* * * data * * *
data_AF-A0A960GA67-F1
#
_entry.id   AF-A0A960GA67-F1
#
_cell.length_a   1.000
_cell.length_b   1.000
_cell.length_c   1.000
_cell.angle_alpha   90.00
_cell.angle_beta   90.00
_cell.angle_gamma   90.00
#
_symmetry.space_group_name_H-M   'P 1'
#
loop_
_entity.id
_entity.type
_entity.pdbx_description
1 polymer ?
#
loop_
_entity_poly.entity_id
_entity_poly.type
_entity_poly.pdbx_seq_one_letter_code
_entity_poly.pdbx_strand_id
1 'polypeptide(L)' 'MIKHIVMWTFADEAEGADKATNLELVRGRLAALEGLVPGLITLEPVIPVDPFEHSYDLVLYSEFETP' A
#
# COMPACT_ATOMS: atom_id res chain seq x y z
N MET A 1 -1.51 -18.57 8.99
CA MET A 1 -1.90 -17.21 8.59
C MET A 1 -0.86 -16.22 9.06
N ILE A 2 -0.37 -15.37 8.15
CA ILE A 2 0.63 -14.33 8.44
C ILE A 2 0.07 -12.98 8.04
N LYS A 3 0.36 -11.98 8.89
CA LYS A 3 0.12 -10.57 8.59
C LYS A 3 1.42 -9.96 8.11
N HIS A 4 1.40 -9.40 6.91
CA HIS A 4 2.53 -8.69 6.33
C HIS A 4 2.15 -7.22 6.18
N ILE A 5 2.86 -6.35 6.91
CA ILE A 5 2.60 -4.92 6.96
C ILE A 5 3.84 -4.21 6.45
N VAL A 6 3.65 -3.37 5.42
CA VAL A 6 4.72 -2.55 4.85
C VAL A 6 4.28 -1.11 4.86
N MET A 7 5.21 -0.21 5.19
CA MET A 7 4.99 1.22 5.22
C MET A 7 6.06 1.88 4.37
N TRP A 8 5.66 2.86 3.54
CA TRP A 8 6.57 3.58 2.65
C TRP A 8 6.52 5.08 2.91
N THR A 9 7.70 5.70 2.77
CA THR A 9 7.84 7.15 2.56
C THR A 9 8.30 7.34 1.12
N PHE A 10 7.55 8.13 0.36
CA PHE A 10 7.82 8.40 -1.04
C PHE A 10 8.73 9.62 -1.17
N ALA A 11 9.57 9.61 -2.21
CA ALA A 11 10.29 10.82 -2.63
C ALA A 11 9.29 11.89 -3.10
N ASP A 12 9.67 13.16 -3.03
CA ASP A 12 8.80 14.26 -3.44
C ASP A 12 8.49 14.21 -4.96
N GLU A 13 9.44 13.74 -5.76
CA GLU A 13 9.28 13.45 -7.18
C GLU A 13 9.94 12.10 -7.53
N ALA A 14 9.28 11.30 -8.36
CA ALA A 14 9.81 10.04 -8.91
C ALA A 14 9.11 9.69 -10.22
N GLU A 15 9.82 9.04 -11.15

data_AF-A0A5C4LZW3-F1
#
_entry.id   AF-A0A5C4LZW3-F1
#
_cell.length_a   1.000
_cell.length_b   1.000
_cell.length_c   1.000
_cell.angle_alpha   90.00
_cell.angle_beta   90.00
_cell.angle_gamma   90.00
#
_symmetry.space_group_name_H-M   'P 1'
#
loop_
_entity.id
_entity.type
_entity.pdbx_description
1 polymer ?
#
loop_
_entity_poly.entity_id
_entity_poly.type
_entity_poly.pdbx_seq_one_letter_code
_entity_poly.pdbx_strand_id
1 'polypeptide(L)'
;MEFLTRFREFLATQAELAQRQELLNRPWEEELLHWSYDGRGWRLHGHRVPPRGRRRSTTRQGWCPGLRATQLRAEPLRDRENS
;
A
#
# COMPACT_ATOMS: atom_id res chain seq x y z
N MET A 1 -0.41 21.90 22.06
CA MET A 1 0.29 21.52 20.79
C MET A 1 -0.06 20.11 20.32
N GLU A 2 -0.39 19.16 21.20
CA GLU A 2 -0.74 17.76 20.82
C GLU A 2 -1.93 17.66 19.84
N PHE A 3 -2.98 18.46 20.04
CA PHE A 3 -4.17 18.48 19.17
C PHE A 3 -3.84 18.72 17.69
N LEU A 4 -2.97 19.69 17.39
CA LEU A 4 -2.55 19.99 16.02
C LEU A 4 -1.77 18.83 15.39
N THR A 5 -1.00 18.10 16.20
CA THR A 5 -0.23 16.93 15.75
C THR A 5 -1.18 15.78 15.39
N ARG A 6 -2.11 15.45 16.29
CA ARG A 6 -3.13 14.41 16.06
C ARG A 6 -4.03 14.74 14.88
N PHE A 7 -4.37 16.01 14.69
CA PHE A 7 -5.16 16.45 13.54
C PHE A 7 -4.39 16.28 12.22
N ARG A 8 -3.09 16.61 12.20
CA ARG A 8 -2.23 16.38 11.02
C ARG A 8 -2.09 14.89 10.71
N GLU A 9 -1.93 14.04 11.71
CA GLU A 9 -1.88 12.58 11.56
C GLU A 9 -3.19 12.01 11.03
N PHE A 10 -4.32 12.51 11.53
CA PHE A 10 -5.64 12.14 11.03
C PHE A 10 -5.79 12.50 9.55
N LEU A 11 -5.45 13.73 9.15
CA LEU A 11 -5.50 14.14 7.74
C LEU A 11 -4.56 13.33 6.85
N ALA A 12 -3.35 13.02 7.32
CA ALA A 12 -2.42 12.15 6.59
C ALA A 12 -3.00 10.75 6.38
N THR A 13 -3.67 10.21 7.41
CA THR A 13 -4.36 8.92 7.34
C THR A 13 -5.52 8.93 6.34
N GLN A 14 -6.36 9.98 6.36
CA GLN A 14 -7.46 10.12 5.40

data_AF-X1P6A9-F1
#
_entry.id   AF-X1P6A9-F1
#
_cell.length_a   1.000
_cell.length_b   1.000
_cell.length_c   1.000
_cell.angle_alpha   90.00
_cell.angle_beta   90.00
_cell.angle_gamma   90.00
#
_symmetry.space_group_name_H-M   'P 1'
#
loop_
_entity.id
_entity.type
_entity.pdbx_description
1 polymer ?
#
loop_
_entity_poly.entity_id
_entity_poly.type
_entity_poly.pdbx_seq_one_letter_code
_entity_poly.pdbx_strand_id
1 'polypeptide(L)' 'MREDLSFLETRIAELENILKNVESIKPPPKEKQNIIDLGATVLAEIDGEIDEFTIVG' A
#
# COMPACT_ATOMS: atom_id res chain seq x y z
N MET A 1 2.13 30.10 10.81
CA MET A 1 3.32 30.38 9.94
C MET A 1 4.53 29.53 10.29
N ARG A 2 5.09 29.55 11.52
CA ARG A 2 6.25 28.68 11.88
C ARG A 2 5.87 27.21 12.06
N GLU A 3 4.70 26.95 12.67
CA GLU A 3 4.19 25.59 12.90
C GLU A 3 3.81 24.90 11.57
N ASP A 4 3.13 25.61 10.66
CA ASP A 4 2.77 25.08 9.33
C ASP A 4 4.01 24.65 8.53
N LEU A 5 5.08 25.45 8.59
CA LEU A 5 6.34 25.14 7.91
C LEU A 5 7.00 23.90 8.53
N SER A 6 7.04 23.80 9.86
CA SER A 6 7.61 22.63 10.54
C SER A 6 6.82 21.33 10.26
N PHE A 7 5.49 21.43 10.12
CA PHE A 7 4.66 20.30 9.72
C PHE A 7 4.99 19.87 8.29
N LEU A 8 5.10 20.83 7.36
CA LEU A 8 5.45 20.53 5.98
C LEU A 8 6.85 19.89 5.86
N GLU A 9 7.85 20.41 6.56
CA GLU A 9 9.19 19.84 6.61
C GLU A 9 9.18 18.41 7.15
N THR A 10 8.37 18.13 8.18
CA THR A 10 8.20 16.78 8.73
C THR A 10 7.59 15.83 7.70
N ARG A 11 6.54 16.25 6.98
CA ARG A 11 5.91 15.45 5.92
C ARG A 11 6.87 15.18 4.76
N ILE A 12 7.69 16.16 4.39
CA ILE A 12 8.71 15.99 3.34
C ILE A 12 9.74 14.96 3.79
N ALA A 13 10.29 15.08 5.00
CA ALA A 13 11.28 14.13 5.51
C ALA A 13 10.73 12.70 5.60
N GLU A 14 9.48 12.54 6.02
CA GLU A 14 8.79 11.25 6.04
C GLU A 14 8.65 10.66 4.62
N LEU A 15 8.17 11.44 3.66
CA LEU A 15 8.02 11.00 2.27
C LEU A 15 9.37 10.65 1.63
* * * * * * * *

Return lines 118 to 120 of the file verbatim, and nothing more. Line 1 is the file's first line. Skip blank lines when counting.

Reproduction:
C ARG A 6 -4.03 14.74 14.88
N PHE A 7 -4.37 16.01 14.69
CA PHE A 7 -5.16 16.45 13.54